Accessing OpenStreetMap

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Using University map tiles as a background layer in JOSM

To include the University map as a background layer in JOSM, the OSM desktop editor, do the following (just once on each computer where you use JOSM):

  • Go to Edit > Preferences
  • Click the WMS/TMS icon (second from bottom at time of writing)
  • In the bottom section, press the + button to the right of the Selected Entries panel:
  • In the dialog that pops up, switch to the TMS tab
  • In the Menu Name box right at the top, replace "Unnamed Imagery Layer" with "University of Cambridge"
  • Copy and paste the following verbatim into the Imagery URL box at the bottom (NOT the "TMS URL" box near the top, which you should leave alone):
  • Click OK on each to save and exit the two dialogs.

The setting will then be remembered permanently.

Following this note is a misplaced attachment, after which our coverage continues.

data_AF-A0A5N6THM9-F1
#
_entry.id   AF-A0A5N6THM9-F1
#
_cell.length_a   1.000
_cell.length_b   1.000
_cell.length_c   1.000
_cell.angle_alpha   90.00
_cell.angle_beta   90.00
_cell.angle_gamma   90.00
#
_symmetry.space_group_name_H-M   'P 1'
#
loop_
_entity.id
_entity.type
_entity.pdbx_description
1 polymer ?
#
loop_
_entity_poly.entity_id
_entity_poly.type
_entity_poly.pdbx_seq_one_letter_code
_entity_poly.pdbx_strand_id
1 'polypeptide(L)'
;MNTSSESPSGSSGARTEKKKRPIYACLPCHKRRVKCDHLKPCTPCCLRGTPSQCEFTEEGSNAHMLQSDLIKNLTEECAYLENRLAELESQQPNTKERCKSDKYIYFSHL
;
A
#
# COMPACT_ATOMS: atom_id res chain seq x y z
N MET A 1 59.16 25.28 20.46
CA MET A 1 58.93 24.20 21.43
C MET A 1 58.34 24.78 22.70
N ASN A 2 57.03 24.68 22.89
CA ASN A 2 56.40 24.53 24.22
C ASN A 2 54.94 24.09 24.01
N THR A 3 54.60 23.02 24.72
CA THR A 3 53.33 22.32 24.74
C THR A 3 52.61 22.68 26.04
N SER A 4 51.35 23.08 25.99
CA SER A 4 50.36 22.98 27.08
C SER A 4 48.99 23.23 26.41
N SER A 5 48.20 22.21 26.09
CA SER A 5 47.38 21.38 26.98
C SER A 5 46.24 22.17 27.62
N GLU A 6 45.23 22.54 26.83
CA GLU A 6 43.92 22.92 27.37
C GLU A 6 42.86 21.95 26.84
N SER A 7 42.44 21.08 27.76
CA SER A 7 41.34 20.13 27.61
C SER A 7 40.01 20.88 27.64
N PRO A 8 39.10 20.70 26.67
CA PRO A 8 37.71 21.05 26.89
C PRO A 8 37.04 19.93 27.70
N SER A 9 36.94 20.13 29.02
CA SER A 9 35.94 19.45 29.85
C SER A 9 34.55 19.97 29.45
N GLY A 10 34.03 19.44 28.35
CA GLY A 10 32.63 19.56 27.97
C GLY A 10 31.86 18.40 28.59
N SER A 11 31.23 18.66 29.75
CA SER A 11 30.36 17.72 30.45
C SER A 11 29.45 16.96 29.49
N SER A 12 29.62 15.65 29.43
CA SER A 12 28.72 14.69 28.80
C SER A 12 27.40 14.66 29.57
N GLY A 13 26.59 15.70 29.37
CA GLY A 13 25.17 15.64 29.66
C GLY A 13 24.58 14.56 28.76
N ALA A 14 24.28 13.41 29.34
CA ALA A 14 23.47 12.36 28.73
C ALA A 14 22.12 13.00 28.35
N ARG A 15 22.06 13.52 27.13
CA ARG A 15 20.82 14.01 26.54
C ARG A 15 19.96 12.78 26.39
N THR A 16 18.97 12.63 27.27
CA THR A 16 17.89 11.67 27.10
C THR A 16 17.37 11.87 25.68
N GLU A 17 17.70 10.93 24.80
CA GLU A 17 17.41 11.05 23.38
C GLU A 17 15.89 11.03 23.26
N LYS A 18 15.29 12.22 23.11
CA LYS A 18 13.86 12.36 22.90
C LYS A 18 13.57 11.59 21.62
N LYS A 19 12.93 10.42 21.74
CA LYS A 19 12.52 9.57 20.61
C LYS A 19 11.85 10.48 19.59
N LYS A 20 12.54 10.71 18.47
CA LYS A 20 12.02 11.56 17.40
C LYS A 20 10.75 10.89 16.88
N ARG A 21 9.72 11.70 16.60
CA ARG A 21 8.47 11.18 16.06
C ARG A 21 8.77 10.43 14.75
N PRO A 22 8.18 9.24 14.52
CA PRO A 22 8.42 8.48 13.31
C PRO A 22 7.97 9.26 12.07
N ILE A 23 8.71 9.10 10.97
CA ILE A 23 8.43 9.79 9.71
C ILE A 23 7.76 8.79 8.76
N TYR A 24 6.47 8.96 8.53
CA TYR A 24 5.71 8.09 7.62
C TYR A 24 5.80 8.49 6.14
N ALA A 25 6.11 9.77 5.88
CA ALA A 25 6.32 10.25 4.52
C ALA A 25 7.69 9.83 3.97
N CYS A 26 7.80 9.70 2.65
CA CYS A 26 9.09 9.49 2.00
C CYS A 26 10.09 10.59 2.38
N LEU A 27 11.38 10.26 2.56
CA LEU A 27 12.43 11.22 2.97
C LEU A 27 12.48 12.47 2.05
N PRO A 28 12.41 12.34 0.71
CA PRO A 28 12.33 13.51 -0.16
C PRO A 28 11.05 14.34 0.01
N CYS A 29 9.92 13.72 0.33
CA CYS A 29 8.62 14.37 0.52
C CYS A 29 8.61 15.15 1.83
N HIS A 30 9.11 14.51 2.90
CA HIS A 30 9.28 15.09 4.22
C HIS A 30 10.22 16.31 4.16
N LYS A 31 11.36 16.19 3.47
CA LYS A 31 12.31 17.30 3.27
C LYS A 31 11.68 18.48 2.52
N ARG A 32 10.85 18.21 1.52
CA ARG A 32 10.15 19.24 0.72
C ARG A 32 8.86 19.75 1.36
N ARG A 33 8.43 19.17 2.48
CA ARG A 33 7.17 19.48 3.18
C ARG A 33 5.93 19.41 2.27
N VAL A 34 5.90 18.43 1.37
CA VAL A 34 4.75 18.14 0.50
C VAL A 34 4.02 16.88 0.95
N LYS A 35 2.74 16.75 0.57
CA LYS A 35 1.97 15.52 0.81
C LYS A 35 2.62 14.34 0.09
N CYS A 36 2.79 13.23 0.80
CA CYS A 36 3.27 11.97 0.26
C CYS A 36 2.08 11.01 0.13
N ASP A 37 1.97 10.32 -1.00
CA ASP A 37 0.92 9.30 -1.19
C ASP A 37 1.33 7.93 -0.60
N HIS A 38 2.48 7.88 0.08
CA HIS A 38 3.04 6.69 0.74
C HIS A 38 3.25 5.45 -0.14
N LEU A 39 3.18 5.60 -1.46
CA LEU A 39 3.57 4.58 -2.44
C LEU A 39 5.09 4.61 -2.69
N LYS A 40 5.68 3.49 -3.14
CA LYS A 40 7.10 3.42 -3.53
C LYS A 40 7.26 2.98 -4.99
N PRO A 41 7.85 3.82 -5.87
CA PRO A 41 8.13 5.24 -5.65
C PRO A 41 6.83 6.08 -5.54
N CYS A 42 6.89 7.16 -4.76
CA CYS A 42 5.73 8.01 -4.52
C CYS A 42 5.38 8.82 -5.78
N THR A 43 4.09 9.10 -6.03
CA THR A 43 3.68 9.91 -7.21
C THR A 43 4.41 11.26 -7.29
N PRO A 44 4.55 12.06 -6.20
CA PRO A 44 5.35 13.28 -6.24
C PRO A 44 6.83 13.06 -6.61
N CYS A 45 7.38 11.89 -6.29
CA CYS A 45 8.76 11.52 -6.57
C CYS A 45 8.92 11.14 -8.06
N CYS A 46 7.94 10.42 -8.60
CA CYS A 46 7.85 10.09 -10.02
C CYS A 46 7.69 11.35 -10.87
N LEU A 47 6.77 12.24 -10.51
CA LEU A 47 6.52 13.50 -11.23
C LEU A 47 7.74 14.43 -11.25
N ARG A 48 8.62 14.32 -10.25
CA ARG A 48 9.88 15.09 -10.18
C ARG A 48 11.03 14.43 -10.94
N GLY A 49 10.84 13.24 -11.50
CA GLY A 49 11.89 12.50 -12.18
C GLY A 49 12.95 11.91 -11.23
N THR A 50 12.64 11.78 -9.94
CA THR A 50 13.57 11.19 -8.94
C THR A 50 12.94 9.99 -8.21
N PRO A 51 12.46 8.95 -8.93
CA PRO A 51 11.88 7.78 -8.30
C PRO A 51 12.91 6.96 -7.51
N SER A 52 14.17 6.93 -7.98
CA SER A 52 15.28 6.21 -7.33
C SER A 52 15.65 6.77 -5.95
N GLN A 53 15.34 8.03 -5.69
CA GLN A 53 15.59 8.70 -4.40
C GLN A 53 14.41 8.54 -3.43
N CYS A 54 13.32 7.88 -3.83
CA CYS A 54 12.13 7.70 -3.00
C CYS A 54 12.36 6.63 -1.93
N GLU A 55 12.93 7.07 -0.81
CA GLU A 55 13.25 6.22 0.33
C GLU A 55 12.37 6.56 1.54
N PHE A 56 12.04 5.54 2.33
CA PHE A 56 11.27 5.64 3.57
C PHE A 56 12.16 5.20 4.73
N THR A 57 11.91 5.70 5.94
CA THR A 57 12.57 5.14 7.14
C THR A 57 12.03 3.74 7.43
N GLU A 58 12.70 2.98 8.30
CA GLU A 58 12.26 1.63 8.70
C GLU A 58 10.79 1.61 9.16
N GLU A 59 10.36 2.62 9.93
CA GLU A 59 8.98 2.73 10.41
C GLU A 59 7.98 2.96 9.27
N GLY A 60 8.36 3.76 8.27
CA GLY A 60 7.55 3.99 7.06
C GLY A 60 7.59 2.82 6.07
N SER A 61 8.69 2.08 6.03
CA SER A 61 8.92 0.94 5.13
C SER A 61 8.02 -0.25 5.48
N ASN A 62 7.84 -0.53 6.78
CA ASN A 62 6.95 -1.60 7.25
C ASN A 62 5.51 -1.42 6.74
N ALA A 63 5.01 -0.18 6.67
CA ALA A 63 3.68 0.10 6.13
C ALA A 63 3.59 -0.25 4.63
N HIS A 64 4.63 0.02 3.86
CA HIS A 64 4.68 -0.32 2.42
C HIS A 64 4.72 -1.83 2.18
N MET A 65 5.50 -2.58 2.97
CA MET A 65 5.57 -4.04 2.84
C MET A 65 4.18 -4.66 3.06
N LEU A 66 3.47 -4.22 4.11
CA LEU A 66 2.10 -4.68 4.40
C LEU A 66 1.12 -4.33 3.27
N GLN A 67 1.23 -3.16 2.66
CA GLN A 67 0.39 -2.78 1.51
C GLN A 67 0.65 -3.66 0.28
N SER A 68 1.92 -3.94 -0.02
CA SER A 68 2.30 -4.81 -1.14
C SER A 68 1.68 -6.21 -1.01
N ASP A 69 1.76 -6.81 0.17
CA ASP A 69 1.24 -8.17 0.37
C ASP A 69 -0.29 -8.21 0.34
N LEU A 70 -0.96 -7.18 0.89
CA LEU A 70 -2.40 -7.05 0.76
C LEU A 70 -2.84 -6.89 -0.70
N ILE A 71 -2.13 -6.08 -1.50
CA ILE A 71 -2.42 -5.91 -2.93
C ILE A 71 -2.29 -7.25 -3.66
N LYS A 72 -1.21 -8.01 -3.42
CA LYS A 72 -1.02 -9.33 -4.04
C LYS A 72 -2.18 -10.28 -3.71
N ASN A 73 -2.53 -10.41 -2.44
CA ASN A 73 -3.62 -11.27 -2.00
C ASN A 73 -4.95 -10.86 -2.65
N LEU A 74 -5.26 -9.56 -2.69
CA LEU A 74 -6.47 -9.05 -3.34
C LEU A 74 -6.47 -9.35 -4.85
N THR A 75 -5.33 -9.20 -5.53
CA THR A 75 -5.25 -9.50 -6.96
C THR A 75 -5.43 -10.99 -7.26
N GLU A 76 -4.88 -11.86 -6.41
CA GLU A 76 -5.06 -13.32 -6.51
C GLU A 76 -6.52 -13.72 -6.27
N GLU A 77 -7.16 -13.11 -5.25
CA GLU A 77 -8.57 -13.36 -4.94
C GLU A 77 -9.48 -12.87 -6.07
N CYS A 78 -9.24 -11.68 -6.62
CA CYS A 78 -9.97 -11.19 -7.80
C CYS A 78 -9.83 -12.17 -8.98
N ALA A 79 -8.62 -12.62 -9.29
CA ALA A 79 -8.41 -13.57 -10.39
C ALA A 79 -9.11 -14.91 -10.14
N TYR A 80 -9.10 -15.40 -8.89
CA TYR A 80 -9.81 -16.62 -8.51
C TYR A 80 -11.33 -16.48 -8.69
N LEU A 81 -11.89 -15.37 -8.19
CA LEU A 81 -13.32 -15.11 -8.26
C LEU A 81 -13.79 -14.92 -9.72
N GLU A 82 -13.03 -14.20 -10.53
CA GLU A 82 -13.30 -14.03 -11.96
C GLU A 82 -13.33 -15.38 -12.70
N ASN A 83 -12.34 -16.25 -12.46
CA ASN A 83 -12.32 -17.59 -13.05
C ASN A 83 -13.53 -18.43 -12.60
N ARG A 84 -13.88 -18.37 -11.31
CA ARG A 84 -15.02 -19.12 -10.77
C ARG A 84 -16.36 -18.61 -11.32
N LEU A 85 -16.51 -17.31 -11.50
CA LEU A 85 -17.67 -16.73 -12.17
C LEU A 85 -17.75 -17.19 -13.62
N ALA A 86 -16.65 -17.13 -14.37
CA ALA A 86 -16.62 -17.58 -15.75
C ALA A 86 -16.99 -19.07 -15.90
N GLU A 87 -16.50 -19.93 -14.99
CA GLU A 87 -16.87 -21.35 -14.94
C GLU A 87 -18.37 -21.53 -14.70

To turn on the layer

Then, whenever you use JOSM you can include this layer by choosing "University of Cambridge" from the Imagery Menu. It will behave like any other image layer, so

  • you can combine it with the translucency controls (bottom of the layers control panel)
  • you can toggle it on and off using the little eye symbol next to the layer name in the layers panel
  • but, because tiles are only available for zoom 13 and above, and in the Cambridge area, you'll get blanks in place of tiles that don't exist if you zoom out too far or stray outside the Cambridge environs.

There is currently about a 2m offset from the data in the y (latitudinal) direction. I'm not sure exactly why, but I am investigating (it could possibly be a problem in JOSM):

However, you can adjust for this as follows:

  • Choose Imagery Offset > New Offset from the Imagery menu
  • Enter a name of your choice, e.g. "UCam", in the bottom box
  • Enter the following in the top box
  0.00; -3.28
  • Click OK. It will apply the offset immediately, and also remember it for future use, so, when you add this layer again in the future you can offset it again by the remembered amount using Imagery > Image Offset > UCam (or whatever you called it).